A former Sitka resident who was denied millions in civil damages when a decoration fell on her head in Harrigan Centennial Hall, has taken her claims to the Alaska Supreme Court.
Sandy Sulzbach was a member of the New Archangel Dancers, who was injured in 2016 during a rehearsal for the group’s Alaska Day performance. A ceiling decoration at Harrigan Centennial Hall fell and hit her on the head, and Sulzbach and her husband Rob subsequently sought around $3.7 million in damages from the city. In 2019, a Sitka jury found the city was not negligent, and therefore not responsible for the claim.
Attorney Mark Choate represents the Sulzbachs. On February 10, he and the city’s attorney, Timothy Bowman, each had 25 minutes to argue their sides before the Alaska Supreme Court. As part of his appeal, Choate cited a 1989 case, Patton versus Spa Lady.
In the case, James Patton was leaning over a sink at a fitness center when he was shocked by an electrical outlet that had been installed during the center’s expansion. Generally, an employer isn’t responsible for the “torts” of its independent contractors, but there are some exceptions. In this case, it was found that the land owner was “vicariously liable” for the injury that occurred on their property.
“When you possess land, you have a duty to make sure it’s safe,” Choate said. “Between an innocent possessor of land and an innocent third party injured because of the negligence of the possessor’s independent contractor, the possessor should bear any loss because the possessor is in a better position to know what risk of injury exists, and to take steps to guard against them.”
Choate said this exception applied to the city and John Ferrick, the independent contractor in the suit who installed the decorative fixture that fell on Sulzbach– Ferrick was also not found negligent by the Sitka jury. But Ferrick wasn’t a paid independent contractor for the city – he was volunteering for the Alaska Day Committee. And that’s why attorney Timothy Bowman argued that the direction of the suit was misplaced.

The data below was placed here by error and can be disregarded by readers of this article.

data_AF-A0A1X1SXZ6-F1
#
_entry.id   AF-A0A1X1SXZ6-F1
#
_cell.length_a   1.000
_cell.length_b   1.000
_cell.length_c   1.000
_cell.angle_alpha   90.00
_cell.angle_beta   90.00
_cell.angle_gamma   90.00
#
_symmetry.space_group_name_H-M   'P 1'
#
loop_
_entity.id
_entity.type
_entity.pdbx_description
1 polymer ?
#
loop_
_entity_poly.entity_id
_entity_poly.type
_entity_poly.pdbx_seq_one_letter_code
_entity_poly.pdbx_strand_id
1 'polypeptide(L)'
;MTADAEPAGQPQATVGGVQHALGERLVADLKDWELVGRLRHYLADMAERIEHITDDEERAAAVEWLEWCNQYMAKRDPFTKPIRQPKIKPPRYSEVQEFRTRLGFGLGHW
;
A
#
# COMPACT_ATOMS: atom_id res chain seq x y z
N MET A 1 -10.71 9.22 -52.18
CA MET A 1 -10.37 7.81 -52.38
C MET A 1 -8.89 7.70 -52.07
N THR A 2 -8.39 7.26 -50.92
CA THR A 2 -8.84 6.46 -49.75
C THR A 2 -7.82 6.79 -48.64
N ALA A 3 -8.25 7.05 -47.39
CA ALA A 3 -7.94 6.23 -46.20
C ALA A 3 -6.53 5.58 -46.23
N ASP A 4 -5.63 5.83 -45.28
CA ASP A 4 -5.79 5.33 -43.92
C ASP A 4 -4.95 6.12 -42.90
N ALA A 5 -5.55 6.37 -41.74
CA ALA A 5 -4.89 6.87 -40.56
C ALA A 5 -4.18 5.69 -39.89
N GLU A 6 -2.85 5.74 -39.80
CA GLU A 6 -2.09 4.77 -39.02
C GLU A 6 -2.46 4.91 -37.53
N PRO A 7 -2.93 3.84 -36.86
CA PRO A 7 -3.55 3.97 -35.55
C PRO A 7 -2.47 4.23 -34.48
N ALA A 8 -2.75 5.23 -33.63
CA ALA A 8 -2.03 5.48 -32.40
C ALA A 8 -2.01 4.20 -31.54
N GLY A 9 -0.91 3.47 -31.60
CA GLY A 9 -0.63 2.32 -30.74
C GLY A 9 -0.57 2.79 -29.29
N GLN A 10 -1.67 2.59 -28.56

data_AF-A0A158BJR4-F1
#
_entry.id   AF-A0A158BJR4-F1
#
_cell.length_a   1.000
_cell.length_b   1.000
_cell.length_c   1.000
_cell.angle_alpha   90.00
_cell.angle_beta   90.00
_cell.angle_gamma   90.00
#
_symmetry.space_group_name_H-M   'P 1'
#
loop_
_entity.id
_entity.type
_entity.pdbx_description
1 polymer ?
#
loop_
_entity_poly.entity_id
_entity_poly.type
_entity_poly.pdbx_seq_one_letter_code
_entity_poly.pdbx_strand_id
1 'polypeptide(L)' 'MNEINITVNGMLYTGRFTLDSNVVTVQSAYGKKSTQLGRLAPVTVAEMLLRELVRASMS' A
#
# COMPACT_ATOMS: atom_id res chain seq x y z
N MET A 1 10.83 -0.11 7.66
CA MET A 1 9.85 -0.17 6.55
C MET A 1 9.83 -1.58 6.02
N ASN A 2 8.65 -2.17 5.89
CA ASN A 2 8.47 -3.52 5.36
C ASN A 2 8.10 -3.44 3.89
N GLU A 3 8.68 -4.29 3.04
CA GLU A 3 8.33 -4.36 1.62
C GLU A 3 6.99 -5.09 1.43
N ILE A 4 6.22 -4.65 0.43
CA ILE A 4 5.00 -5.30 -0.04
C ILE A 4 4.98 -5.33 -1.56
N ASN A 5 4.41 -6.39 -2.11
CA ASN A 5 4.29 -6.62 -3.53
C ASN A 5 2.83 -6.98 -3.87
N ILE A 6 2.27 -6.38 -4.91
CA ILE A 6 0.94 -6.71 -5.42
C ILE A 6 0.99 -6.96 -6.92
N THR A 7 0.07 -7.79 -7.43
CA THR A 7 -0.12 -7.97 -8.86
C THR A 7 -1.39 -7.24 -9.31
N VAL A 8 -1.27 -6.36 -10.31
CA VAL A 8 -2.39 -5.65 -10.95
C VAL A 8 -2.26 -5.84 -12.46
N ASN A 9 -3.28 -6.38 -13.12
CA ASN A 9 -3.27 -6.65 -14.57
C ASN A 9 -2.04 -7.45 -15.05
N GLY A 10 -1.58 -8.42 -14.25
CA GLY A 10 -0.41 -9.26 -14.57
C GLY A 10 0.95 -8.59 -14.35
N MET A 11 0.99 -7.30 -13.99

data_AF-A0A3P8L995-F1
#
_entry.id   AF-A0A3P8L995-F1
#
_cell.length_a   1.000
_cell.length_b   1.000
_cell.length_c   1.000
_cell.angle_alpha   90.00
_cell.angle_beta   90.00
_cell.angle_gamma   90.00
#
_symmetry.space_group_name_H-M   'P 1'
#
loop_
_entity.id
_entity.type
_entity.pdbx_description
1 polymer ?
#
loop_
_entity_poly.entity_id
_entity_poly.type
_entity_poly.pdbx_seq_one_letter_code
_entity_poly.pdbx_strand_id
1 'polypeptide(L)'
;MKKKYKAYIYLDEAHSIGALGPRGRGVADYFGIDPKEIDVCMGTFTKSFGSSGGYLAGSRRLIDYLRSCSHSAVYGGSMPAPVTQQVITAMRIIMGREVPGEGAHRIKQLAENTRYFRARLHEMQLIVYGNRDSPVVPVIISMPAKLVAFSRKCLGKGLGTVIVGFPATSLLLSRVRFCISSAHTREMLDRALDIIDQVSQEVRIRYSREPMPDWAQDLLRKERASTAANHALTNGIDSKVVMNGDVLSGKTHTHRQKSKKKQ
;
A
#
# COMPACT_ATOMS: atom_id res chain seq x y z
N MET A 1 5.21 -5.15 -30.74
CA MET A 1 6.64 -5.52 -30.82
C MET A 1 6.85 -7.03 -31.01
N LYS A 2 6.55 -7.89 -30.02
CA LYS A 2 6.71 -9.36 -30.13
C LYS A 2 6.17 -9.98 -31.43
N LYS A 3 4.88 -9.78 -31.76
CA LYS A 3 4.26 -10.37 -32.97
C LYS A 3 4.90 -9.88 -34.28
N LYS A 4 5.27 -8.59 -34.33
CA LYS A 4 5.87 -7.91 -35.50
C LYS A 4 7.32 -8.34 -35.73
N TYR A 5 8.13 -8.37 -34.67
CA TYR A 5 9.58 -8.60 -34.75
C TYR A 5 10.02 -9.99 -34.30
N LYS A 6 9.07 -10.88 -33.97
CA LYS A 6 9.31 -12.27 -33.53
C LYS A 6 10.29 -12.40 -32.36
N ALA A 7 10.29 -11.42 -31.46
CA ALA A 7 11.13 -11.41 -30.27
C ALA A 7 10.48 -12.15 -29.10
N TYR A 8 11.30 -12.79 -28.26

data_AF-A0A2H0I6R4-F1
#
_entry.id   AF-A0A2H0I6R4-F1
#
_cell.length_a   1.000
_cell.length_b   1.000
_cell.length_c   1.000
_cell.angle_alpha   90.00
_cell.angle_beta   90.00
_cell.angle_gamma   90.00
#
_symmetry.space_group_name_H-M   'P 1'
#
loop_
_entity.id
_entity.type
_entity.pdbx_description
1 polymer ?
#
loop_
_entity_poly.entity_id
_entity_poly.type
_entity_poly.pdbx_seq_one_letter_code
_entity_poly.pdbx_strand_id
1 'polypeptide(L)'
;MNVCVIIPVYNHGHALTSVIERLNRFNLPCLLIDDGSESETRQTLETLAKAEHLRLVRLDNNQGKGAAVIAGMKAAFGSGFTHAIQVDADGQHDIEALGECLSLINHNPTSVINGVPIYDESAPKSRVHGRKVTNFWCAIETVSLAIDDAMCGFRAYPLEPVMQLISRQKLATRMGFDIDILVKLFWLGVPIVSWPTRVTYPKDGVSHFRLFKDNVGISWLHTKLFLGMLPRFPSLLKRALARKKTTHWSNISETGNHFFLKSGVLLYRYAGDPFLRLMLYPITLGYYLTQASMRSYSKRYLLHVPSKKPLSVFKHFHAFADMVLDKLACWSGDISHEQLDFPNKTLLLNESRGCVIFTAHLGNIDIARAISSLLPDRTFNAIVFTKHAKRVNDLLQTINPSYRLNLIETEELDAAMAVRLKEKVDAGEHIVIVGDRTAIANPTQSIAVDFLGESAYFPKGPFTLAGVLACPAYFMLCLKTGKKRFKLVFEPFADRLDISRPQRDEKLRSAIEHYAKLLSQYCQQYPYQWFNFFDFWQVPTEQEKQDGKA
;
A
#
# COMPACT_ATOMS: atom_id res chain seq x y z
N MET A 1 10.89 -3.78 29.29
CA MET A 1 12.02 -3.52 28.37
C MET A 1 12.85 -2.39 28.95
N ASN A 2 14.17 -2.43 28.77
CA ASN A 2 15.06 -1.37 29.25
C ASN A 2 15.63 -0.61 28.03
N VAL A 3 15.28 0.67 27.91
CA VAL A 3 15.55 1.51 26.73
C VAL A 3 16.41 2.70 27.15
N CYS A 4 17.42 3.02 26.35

“In this case, the city had no role in selecting the decoration. They had no role in, you know, directing the time that Mr. Ferrick was going to show up, or how he was going to do it. The decoration itself was not owned by the city. And he never consulted with the city regarding his method of hanging,” Bowman said. “The city didn’t know or have reason to know how he had planned to hang the decorations in the first place.”
Bowman said the only input the city had was on where to attach the decorations in the new building.
“Despite knowing that Mr. Ferrick was working for the Alaska Day Committee, the appellants declined to add them as a party in this case,” said Bowman. “Therefore to the extent that they complain that they’ve been deprived of an avenue of redress, they have nobody to blame but themselves.”
During his rebuttal, Choate maintained that the property owner, not the Alaska Day Committee, is the responsible party.
“Public Facilities, especially government owned public facilities should be safe,” Choate said. “And when you come into them as a third party, you should assume, just as I assume today and all of us assume, that nothing is going to hit us in the head.”
A decision from the Alaska Supreme Court on the Sulzbach appeal is forthcoming.